, NAIROBI, Kenya, Jun 19 – Hundreds of activists were on Wednesday teargassed by police in Nairobi, while protesting against atrocities in Sudan following the ouster of president Omar al-Bashir.
The group, that was also joined by Sudanese nationals, first assembled at Freedom Corner, from where they planned to march to the Ministry of Foreign Affairs, Parliament and the President’s office at Harambee House but police blocked them.
The defiant protesters however, declined to disperse and instead started singing Kenya’s national anthem as others chanted against the continued military rule in Sudan.
At least two of the activists have been arrested.
Led by the Kenya Human Rights Commission Executive Director George Kegoro, the activists said they are concerned by the continued silence by African Heads of State, on a matter that threatens the region’s peace and security.
“We are extremely concerned about the silence by African leaders because what is happening in Sudan has a huge direct implication for the region. If Sudan unhinges the way it is threatening to, there will be a huge refugee crisis that affects the entire region,” Keogoro told journalists before police dispersed them. “South South already has problems and the fact that Sudan was stable it enabled some level of stability in South Sudan. Now if we have South Sudan unstable, and Sudan becomes unstable, we are going to have a movement of people who feel insecure coming down to the borders of Kenya and Uganda.”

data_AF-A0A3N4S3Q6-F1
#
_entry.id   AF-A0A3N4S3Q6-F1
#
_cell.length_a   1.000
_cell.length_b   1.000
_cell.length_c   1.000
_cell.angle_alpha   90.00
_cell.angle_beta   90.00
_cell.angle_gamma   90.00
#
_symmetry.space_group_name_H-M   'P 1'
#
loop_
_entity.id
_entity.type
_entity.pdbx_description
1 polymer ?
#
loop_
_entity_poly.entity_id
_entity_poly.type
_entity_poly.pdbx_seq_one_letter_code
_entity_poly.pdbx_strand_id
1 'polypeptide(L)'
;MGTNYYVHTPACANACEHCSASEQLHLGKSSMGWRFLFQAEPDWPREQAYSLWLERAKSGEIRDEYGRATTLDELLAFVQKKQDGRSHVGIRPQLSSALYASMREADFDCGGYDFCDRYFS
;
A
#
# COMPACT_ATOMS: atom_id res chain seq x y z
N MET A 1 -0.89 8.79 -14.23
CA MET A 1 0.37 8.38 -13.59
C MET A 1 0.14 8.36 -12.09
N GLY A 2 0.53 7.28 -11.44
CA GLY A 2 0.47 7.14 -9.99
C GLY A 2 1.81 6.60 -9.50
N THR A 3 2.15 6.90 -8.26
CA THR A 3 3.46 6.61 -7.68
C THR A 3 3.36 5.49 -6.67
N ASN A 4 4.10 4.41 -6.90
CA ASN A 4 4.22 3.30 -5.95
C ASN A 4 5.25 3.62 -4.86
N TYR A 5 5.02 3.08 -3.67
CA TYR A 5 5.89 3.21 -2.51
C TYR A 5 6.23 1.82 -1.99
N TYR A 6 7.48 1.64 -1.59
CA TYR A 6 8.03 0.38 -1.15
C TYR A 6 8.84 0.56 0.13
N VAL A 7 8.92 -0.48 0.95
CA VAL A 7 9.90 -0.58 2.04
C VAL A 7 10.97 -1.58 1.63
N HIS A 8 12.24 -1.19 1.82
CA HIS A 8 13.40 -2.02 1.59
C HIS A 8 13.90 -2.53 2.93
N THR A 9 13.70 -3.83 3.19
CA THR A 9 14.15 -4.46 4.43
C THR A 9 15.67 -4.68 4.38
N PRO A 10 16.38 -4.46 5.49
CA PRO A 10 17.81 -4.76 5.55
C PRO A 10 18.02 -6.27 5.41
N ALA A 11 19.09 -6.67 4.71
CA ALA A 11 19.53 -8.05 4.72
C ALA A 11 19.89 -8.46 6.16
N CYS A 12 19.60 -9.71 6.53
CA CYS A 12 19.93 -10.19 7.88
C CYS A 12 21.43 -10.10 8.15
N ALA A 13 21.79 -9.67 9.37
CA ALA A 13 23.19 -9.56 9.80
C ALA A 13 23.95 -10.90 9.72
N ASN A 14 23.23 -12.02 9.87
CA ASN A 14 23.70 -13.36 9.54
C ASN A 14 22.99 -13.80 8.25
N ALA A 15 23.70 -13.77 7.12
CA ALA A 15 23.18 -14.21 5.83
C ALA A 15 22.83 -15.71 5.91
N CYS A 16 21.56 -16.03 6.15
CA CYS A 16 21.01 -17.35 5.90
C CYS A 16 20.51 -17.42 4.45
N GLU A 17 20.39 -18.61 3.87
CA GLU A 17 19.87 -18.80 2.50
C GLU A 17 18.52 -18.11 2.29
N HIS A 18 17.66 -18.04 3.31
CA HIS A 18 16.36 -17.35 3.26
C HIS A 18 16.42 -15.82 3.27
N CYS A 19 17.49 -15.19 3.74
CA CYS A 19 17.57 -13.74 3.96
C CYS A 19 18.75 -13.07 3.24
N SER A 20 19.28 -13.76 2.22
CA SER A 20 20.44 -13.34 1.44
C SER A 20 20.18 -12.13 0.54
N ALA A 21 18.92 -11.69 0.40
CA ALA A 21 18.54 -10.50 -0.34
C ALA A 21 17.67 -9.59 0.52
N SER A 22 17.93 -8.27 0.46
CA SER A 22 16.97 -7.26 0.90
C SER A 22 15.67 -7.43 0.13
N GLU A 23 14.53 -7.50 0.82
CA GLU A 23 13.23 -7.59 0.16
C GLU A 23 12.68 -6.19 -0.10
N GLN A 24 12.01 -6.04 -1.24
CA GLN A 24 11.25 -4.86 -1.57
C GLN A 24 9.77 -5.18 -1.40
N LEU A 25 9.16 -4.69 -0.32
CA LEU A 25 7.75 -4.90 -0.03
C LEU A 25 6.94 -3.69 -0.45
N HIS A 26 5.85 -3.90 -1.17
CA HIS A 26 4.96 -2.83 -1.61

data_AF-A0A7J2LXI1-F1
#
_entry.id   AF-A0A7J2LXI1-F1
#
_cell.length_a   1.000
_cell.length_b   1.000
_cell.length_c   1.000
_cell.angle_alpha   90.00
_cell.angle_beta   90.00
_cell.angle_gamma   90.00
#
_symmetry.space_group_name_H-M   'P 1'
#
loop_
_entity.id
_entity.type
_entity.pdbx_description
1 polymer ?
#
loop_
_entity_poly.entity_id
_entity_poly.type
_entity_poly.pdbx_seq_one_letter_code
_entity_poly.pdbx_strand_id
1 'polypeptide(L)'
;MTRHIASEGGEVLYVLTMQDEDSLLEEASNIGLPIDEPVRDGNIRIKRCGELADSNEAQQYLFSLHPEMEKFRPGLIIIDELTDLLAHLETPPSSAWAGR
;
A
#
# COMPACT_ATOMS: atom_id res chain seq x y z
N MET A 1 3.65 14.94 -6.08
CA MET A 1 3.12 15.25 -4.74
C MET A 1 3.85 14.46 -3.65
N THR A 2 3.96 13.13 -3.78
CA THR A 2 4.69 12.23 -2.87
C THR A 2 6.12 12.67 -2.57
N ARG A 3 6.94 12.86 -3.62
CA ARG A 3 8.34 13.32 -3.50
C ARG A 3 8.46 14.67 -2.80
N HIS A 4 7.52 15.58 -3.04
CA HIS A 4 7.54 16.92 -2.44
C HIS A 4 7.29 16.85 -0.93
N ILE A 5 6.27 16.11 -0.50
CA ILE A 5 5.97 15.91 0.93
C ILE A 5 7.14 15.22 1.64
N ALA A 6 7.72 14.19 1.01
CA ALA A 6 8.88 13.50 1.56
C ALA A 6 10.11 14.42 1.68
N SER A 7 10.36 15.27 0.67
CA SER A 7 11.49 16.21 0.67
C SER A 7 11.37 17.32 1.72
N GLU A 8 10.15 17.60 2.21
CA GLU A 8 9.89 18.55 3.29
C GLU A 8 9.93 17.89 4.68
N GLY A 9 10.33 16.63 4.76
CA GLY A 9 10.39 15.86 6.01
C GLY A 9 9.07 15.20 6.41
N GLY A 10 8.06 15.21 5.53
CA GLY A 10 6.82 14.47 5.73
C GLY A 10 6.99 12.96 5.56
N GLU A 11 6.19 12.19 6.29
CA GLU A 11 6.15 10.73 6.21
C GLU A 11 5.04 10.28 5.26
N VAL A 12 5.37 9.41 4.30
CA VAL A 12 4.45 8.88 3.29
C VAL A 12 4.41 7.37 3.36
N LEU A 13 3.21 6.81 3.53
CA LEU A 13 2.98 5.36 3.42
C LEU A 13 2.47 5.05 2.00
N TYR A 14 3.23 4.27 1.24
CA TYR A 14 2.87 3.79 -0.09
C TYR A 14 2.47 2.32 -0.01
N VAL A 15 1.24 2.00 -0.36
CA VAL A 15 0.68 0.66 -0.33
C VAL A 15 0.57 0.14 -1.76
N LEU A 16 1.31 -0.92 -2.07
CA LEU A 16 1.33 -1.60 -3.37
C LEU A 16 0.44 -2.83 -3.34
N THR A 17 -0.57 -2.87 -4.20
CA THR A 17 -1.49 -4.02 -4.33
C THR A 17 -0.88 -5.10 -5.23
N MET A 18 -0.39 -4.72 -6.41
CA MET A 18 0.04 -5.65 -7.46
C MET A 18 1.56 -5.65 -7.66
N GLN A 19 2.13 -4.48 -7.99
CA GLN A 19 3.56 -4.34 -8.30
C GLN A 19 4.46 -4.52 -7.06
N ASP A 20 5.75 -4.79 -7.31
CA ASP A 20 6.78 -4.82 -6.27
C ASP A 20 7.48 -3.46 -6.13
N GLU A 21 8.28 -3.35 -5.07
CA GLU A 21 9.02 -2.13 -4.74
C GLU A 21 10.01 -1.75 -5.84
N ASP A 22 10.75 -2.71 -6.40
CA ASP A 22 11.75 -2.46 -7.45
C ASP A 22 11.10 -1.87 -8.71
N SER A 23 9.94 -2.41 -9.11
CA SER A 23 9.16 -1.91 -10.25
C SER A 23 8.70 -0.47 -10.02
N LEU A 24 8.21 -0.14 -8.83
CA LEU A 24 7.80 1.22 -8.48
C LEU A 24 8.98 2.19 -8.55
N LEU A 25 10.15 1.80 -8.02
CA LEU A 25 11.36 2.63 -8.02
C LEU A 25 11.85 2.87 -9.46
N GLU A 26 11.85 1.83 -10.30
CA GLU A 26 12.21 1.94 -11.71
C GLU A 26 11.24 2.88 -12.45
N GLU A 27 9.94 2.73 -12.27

According to Kegoro, police had been notified of the march and even granted the protesters a permit.
Central Officer Commanding Station Simon Kerich however, restricted the gathering by the protesters to Uhuru Park.
The activists were protesting the recent killing of at least 100 civilians by the Sudanese security forces early this month when the military cracked down on a sit-in by pro-democracy protesters, outside army headquarters in the Capital Khartoum.
Protesters in Sudan have been agitating for an expeditious takeover of a civilian rule from a Transitional Military Council established following the removal from power of President Omar al-Bashir on April 11, after an autocratic rule that lasted for three decades.